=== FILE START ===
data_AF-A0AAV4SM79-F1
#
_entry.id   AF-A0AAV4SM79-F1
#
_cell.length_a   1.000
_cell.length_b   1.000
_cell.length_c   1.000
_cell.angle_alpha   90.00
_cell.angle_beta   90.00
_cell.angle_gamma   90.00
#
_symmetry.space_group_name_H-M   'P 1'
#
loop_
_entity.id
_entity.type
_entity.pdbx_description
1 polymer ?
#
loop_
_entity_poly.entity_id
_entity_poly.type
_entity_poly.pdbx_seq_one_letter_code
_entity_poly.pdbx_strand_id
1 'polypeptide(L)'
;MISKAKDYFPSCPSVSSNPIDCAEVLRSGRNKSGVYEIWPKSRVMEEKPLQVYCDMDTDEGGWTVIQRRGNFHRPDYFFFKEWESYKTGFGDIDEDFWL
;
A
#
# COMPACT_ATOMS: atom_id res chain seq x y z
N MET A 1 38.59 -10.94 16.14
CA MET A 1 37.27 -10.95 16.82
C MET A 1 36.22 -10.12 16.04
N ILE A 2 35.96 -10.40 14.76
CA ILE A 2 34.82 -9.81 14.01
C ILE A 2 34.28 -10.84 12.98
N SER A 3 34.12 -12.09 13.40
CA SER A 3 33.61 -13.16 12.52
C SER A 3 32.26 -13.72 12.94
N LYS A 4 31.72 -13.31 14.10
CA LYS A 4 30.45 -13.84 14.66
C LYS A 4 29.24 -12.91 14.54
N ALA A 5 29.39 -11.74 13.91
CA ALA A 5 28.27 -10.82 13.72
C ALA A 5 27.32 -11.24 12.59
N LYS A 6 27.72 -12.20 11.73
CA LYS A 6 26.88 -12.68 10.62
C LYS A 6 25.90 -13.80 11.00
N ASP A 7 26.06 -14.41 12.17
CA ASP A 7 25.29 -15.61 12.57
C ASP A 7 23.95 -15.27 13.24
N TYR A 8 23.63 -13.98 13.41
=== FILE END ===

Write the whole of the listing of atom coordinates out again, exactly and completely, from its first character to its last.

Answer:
data_AF-A0AAV4SM79-F1
#
_entry.id   AF-A0AAV4SM79-F1
#
_cell.length_a   1.000
_cell.length_b   1.000
_cell.length_c   1.000
_cell.angle_alpha   90.00
_cell.angle_beta   90.00
_cell.angle_gamma   90.00
#
_symmetry.space_group_name_H-M   'P 1'
#
loop_
_entity.id
_entity.type
_entity.pdbx_description
1 polymer ?
#
loop_
_entity_poly.entity_id
_entity_poly.type
_entity_poly.pdbx_seq_one_letter_code
_entity_poly.pdbx_strand_id
1 'polypeptide(L)'
;MISKAKDYFPSCPSVSSNPIDCAEVLRSGRNKSGVYEIWPKSRVMEEKPLQVYCDMDTDEGGWTVIQRRGNFHRPDYFFFKEWESYKTGFGDIDEDFWL
;
A
#
# COMPACT_ATOMS: atom_id res chain seq x y z
N MET A 1 38.59 -10.94 16.14
CA MET A 1 37.27 -10.95 16.82
C MET A 1 36.22 -10.12 16.04
N ILE A 2 35.96 -10.40 14.76
CA ILE A 2 34.82 -9.81 14.01
C ILE A 2 34.28 -10.84 12.98
N SER A 3 34.12 -12.09 13.40
CA SER A 3 33.61 -13.16 12.52
C SER A 3 32.26 -13.72 12.94
N LYS A 4 31.72 -13.31 14.10
CA LYS A 4 30.45 -13.84 14.66
C LYS A 4 29.24 -12.91 14.54
N ALA A 5 29.39 -11.74 13.91
CA ALA A 5 28.27 -10.82 13.72
C ALA A 5 27.32 -11.24 12.59
N LYS A 6 27.72 -12.20 11.73
CA LYS A 6 26.88 -12.68 10.62
C LYS A 6 25.90 -13.80 11.00
N ASP A 7 26.06 -14.41 12.17
CA ASP A 7 25.29 -15.61 12.57
C ASP A 7 23.95 -15.27 13.24
N TYR A 8 23.63 -13.98 13.41